- The Isle of Wight Tourist and Companion at Cowes (Philo Vectis, Cowes, R. Moir, 1830)
Cracknels. The word cracknel signifies simply crack or hard biscuit, and is used to distinguish that class of hard biscuits mixed with eggs, instead of water or milk, and which are boiled or steamed before baking. They are supposed to have originated in Cowes, Isle of Wight, and were first called “cracknel.” Then followed the leaf cracknel, the star cracknel, and the wheel cracknel which latter takes its name from its being made to take a peculiar form by being pressed between two pieces of wood with spokes radiating from their centers like a wheel, but no rim on them; these cracknels were as large as a saucer. Cracknels when first made in this country were called, as they still are, cream crackers, also egg crackers or biscuit. They have a peculiar lightness owing to their composition and manipulation, and are easily digested. A barrel holds only 18 or 20 lbs. of cracknels.The term appears in Notes and Queries in 1859.
- The Complete Bread, Cake, and Cracker Baker: In Two Parts (Chicago: J. Thompson Gill, Master Confectioner and Baker Publishing Co. 1881).
Cracknells. — Can anyone give the origin of the term of "cracknells," applied to the biscuits peculiar to the Isle of Wight, if not to Cowes itself? - S. K. K.And then there are "Isle of Wight Doughnuts", which sound a deal nicer.
[The word cracknel, Fr. craquelin, meaning a hard brittle cake, is not peculiar to the Isle of Wight. Kitto says, that "the word nikkuddim, translated cracknels in 1 Kings xiv. 3., doubtless means some kind of small cake or biscuit; and, as the word suggests the idea of something spotted, Harmer fairly enough conjectures that they were some such sort of biscuit, sprinkled with seeds, as are still much used in the East." The cakes of this name were not unknown to Spenser (Shepherd's Calendar, Jan.): "Albee my love be seek with daily suit, His clownish gifts and curtsies I disdain, His kids, his cracknels, and his early fruit." Swift, also, could boast that "I have in store a pint or two of wine, Some cracknels, and the remnant of a chine." - A Town Eclogue, 1710.]- Notes and Queries, 2nd S. VIII. Oct. 8, 1859).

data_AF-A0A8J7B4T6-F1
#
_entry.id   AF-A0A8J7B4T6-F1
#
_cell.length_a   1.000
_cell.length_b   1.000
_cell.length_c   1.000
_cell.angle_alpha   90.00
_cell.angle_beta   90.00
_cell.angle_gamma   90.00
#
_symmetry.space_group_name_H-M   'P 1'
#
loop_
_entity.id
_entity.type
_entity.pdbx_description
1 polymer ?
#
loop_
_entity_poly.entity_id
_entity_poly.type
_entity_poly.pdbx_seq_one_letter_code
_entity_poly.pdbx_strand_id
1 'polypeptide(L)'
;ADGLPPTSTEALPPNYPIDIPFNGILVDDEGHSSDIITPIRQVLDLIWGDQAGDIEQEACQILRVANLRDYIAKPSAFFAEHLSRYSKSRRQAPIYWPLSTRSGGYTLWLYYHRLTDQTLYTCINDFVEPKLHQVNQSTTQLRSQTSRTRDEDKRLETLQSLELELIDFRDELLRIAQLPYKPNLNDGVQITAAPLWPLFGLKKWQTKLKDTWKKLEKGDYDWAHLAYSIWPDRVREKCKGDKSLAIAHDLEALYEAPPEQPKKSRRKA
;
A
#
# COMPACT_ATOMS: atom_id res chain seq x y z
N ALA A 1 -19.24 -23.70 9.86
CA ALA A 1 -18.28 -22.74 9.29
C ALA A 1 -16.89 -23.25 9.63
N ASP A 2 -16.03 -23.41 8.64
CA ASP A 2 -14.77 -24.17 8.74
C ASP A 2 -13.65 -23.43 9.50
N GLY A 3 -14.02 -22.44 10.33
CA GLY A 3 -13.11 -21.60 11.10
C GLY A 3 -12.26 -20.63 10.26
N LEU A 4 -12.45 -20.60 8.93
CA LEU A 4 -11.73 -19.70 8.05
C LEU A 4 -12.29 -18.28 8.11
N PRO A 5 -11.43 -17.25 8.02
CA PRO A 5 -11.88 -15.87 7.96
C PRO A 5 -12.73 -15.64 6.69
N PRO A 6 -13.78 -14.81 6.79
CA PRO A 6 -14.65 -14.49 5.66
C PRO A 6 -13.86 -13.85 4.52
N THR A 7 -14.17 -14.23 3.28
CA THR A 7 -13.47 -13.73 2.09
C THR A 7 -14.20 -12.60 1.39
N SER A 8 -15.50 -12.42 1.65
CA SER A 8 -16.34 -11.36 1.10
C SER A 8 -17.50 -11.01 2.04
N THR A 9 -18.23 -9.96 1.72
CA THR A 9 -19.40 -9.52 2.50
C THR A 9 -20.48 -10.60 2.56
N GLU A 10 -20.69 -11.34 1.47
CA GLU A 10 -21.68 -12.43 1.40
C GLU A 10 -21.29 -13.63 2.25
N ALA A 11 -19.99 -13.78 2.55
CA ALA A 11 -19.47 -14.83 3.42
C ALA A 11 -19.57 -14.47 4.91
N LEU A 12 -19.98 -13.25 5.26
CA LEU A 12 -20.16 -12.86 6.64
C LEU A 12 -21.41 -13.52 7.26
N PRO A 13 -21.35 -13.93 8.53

The birthday feast was spread on the top of a low haystack in the barnyard of the farmhouse in which the children and their parents were spending the summer. There was a birthday cake and other good things, — '' Isle of Wight doughnuts," and "Isle of Wight junket." No one in the world has tasted junket as these island people make it; I mean, no one in the big world outside, across the seas. It is a glorified clabber, covered an inch deep with thick yellow cream and scattered with " Hundreds and Thousands." Those delightful little red and blue pellets, so tiny that you cannot count them, do not grow on this side of the ocean, but on the other side they were one of the sweet enchantments of the children of the Long Ago.They don't appear to be distinctive to the Isle of Wight, but the style sounds nice:
- A Child's Recollections of Tennyson (Edith Nicholl Bradley Ellison, New York: EP Dutton and Company, 1906, page 2).
The “nut” referred to is the “doughnut,” made of light sweetened dough, rolled into a ball, into the centre of centre of which some currants are placed, the doughnut being then boiled in melted lard, till the outside is brown and slightly crisp. Doughnuts are still made in the Island, and are generally spoken of as “Isle of Wight Doughnuts".- Ray
- Notes and Queries (Oxford University Press, 12. S. XI., Dec. 30, 1922, page 538).